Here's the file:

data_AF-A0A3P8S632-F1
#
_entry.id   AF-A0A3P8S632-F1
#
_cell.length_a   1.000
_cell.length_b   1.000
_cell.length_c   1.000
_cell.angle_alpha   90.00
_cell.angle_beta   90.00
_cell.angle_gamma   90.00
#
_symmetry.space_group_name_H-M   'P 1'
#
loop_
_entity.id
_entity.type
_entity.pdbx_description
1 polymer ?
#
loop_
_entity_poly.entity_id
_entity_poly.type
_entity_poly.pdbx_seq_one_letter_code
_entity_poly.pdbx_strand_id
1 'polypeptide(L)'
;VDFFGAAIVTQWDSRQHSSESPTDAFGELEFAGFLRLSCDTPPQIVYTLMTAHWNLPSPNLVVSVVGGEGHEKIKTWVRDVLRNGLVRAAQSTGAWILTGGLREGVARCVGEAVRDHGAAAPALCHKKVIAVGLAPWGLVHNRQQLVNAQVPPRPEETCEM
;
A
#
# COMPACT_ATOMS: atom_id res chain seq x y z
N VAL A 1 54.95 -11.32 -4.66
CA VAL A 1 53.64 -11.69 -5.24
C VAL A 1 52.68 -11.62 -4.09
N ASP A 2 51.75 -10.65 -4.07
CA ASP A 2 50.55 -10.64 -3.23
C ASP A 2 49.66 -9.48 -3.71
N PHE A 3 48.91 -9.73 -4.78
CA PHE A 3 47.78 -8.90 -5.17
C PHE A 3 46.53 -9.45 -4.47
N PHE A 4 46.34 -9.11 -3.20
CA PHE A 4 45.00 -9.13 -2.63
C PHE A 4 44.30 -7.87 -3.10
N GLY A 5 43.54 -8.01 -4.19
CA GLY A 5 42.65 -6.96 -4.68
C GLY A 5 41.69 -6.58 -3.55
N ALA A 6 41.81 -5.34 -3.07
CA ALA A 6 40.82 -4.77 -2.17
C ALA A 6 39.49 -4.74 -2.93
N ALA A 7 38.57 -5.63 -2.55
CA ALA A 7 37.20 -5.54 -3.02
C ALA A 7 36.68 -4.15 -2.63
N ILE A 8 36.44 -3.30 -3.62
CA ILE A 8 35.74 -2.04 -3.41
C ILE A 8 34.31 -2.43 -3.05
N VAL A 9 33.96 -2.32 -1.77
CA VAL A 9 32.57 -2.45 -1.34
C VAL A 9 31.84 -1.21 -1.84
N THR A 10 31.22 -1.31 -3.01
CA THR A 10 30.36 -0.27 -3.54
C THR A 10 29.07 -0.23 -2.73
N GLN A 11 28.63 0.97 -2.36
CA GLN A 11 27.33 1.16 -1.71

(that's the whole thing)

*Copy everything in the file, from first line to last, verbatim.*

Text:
data_AF-A0A3P8S632-F1
#
_entry.id   AF-A0A3P8S632-F1
#
_cell.length_a   1.000
_cell.length_b   1.000
_cell.length_c   1.000
_cell.angle_alpha   90.00
_cell.angle_beta   90.00
_cell.angle_gamma   90.00
#
_symmetry.space_group_name_H-M   'P 1'
#
loop_
_entity.id
_entity.type
_entity.pdbx_description
1 polymer ?
#
loop_
_entity_poly.entity_id
_entity_poly.type
_entity_poly.pdbx_seq_one_letter_code
_entity_poly.pdbx_strand_id
1 'polypeptide(L)'
;VDFFGAAIVTQWDSRQHSSESPTDAFGELEFAGFLRLSCDTPPQIVYTLMTAHWNLPSPNLVVSVVGGEGHEKIKTWVRDVLRNGLVRAAQSTGAWILTGGLREGVARCVGEAVRDHGAAAPALCHKKVIAVGLAPWGLVHNRQQLVNAQVPPRPEETCEM
;
A
#
# COMPACT_ATOMS: atom_id res chain seq x y z
N VAL A 1 54.95 -11.32 -4.66
CA VAL A 1 53.64 -11.69 -5.24
C VAL A 1 52.68 -11.62 -4.09
N ASP A 2 51.75 -10.65 -4.07
CA ASP A 2 50.55 -10.64 -3.23
C ASP A 2 49.66 -9.48 -3.71
N PHE A 3 48.91 -9.73 -4.78
CA PHE A 3 47.78 -8.90 -5.17
C PHE A 3 46.53 -9.45 -4.47
N PHE A 4 46.34 -9.11 -3.20
CA PHE A 4 45.00 -9.13 -2.63
C PHE A 4 44.30 -7.87 -3.10
N GLY A 5 43.54 -8.01 -4.19
CA GLY A 5 42.65 -6.96 -4.68
C GLY A 5 41.69 -6.58 -3.55
N ALA A 6 41.81 -5.34 -3.07
CA ALA A 6 40.82 -4.77 -2.17
C ALA A 6 39.49 -4.74 -2.93
N ALA A 7 38.57 -5.63 -2.55
CA ALA A 7 37.20 -5.54 -3.02
C ALA A 7 36.68 -4.15 -2.63
N ILE A 8 36.44 -3.30 -3.62
CA ILE A 8 35.74 -2.04 -3.41
C ILE A 8 34.31 -2.43 -3.05
N VAL A 9 33.96 -2.32 -1.77
CA VAL A 9 32.57 -2.45 -1.34
C VAL A 9 31.84 -1.21 -1.84
N THR A 10 31.22 -1.31 -3.01
CA THR A 10 30.36 -0.27 -3.54
C THR A 10 29.07 -0.23 -2.73
N GLN A 11 28.63 0.97 -2.36
CA GLN A 11 27.33 1.16 -1.71